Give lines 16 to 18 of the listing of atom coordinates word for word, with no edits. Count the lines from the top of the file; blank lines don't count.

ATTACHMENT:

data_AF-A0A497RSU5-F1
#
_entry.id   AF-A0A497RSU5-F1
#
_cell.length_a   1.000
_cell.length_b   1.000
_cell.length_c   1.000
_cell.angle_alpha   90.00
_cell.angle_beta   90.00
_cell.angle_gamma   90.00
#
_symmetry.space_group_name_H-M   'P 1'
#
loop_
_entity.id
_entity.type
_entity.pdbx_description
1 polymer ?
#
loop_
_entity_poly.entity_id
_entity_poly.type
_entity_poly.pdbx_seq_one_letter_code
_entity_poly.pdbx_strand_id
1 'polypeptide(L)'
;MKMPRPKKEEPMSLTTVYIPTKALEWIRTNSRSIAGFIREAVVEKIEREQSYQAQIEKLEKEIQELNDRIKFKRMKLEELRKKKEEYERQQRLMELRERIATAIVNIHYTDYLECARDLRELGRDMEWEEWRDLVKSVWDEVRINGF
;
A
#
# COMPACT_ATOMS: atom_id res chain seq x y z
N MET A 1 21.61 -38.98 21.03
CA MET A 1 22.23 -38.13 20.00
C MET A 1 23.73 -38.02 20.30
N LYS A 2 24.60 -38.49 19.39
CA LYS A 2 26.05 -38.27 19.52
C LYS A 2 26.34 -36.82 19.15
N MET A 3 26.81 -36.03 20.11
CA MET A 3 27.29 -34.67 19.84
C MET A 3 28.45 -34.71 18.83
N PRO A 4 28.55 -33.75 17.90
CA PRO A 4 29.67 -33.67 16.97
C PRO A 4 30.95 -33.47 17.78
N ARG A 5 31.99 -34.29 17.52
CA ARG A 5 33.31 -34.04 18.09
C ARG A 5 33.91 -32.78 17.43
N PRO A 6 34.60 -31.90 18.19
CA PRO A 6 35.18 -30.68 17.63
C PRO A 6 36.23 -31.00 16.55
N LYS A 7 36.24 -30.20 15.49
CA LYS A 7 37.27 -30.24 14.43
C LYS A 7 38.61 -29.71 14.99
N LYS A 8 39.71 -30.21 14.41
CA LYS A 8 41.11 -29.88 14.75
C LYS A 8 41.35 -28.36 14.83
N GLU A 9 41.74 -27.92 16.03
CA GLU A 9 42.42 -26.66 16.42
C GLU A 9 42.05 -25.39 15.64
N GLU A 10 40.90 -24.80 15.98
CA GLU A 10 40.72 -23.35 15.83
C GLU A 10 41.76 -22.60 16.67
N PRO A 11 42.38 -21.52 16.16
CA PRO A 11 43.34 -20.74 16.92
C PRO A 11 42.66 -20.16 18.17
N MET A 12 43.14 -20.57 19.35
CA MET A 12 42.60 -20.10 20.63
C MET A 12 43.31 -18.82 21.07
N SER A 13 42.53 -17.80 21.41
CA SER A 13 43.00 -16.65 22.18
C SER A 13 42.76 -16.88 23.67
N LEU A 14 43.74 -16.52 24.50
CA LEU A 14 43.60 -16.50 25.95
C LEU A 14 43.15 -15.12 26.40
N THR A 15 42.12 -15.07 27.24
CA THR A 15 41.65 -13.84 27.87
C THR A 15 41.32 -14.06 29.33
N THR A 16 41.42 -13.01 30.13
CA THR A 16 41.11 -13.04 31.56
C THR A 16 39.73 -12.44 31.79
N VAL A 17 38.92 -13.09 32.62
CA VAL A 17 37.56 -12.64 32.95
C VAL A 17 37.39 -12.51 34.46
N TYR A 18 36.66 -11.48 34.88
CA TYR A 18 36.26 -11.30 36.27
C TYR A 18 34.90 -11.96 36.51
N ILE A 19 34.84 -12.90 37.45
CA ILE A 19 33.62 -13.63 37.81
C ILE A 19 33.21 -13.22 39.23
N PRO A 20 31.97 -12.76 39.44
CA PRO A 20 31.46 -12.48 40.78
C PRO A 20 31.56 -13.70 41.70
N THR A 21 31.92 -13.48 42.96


_entity.type
_entity.pdbx_description
1 polymer ?